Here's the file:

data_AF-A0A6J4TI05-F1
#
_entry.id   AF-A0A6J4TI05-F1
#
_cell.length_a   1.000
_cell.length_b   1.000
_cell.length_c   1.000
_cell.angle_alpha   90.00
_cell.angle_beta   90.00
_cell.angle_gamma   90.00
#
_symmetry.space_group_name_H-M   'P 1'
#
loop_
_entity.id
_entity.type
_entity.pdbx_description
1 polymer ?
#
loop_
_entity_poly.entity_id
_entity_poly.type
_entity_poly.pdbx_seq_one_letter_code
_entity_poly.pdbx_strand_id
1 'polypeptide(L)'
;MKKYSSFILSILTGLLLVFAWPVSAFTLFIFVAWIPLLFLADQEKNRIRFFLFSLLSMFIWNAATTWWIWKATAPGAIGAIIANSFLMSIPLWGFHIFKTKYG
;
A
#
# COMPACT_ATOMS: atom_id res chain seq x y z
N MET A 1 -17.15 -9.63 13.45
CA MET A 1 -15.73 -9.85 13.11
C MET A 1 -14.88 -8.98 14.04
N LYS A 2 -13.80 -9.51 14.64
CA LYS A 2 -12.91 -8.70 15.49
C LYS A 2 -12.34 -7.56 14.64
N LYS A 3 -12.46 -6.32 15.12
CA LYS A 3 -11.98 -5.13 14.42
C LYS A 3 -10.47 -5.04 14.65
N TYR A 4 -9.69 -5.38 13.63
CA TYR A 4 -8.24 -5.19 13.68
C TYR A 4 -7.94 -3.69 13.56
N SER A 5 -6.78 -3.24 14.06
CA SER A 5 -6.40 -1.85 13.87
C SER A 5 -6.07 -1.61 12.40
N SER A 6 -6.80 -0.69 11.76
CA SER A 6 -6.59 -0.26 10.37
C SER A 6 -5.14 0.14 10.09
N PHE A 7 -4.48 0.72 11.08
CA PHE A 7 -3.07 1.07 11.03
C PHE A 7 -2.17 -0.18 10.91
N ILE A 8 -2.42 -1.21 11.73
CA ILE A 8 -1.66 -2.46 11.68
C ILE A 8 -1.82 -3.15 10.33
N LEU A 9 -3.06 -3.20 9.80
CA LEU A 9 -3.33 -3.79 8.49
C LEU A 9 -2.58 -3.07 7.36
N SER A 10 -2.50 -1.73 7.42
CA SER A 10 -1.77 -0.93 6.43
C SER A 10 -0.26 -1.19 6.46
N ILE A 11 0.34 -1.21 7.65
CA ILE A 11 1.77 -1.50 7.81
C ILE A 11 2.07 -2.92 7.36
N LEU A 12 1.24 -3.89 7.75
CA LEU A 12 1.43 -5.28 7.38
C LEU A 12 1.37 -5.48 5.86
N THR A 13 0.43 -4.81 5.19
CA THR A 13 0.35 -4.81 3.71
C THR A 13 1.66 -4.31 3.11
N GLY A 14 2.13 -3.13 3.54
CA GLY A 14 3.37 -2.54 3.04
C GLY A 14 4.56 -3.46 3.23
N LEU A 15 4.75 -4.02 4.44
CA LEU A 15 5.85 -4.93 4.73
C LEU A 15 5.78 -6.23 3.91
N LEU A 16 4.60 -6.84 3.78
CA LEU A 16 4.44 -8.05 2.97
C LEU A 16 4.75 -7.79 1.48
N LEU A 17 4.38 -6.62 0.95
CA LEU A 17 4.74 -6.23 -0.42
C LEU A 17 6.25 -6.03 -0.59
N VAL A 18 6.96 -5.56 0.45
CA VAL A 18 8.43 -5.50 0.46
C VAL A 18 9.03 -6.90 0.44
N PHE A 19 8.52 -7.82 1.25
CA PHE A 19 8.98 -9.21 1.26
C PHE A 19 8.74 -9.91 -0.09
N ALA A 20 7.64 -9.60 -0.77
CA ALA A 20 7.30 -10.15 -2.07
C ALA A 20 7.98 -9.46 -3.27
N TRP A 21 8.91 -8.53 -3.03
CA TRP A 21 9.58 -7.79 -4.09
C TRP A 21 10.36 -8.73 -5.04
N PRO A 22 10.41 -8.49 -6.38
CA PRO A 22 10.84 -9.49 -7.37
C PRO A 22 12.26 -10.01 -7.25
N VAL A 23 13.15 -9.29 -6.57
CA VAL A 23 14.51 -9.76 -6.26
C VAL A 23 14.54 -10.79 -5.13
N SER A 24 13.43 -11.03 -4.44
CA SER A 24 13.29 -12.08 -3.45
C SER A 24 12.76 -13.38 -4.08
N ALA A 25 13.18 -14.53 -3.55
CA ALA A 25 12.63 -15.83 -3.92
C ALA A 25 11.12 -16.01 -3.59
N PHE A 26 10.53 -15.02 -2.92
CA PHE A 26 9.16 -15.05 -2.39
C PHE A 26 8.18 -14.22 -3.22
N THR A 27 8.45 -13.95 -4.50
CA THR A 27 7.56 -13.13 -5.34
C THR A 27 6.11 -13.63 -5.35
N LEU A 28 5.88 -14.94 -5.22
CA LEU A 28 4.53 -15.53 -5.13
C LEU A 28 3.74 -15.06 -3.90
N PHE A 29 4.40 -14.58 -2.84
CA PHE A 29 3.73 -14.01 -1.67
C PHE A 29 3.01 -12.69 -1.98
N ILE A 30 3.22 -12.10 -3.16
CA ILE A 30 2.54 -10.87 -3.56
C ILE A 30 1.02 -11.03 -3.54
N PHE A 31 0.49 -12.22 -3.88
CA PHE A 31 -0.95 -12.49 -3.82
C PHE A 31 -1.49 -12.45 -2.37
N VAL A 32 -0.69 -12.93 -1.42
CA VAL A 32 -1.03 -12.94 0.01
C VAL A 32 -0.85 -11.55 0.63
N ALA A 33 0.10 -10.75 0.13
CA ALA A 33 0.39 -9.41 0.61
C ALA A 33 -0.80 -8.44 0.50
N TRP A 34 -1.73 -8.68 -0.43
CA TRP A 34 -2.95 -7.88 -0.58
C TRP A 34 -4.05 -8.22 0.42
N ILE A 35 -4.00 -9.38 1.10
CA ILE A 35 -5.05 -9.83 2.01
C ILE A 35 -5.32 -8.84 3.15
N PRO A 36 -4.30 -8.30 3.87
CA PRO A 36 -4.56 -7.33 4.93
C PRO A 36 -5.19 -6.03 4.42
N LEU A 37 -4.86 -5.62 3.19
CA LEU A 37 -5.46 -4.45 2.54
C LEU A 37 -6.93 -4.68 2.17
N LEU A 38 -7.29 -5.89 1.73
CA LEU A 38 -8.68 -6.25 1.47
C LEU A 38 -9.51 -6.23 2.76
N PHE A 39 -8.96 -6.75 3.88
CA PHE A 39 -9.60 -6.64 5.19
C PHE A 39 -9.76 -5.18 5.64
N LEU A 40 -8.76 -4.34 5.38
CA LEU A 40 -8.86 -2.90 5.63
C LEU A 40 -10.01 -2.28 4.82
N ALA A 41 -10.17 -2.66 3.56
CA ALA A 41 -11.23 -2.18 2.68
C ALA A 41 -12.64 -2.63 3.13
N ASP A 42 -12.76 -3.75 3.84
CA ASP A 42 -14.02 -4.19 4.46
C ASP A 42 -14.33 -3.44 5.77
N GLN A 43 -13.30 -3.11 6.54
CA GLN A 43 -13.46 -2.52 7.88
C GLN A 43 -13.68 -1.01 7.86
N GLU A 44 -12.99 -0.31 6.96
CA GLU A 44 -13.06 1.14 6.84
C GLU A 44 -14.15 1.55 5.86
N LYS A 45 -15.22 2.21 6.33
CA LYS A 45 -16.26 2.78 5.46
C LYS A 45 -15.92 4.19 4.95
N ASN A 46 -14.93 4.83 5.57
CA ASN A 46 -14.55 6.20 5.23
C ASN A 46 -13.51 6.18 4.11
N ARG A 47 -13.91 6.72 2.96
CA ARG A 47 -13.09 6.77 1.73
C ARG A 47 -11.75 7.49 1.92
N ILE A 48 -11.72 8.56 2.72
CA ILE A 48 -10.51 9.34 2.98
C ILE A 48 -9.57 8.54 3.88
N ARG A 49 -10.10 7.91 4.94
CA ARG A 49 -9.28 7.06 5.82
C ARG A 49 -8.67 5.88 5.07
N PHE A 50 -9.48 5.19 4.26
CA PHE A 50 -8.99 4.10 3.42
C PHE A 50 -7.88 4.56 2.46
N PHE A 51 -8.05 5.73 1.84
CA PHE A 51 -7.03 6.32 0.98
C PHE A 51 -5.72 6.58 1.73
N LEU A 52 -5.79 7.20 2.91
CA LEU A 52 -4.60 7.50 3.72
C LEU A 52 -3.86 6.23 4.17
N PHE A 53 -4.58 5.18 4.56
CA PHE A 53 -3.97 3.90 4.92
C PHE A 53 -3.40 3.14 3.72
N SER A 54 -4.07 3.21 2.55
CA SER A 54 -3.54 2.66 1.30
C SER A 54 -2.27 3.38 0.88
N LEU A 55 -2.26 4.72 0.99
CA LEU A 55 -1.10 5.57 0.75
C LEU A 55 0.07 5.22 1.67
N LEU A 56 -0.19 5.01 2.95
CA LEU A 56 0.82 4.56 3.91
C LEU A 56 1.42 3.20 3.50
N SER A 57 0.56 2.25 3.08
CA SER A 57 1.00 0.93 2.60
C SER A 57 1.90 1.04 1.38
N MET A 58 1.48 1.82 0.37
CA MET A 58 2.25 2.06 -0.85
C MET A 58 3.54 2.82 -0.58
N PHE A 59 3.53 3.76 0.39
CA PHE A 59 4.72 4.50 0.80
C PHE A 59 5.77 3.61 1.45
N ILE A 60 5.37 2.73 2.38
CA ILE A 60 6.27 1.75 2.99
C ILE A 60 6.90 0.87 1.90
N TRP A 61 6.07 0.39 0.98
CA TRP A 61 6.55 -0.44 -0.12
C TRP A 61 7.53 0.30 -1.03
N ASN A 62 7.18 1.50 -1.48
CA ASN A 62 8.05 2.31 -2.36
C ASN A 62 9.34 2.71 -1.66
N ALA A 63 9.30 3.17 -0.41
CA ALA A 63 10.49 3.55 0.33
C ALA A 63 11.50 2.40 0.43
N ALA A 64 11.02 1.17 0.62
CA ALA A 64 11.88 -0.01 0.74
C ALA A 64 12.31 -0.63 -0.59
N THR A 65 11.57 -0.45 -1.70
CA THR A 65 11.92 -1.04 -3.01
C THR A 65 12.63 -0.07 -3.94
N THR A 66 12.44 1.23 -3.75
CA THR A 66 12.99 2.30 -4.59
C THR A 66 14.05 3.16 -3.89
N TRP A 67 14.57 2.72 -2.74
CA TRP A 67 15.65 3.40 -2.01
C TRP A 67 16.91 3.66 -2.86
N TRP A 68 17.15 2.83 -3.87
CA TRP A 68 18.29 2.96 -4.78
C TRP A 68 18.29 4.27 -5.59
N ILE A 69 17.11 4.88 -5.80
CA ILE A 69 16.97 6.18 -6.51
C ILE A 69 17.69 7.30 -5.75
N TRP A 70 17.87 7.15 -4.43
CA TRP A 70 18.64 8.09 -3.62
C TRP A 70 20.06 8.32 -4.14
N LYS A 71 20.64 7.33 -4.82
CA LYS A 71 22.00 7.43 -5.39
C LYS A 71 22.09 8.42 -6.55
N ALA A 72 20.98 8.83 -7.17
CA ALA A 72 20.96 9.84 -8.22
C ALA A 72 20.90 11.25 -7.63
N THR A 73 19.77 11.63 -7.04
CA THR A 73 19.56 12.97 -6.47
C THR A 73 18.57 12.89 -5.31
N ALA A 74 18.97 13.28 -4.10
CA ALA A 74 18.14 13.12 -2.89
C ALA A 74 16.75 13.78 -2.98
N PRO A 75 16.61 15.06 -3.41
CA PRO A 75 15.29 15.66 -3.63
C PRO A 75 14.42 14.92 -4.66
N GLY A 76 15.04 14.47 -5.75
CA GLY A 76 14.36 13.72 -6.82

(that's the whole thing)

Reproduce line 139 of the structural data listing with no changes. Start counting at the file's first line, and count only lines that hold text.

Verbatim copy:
N LEU A 37 -4.86 -5.62 3.19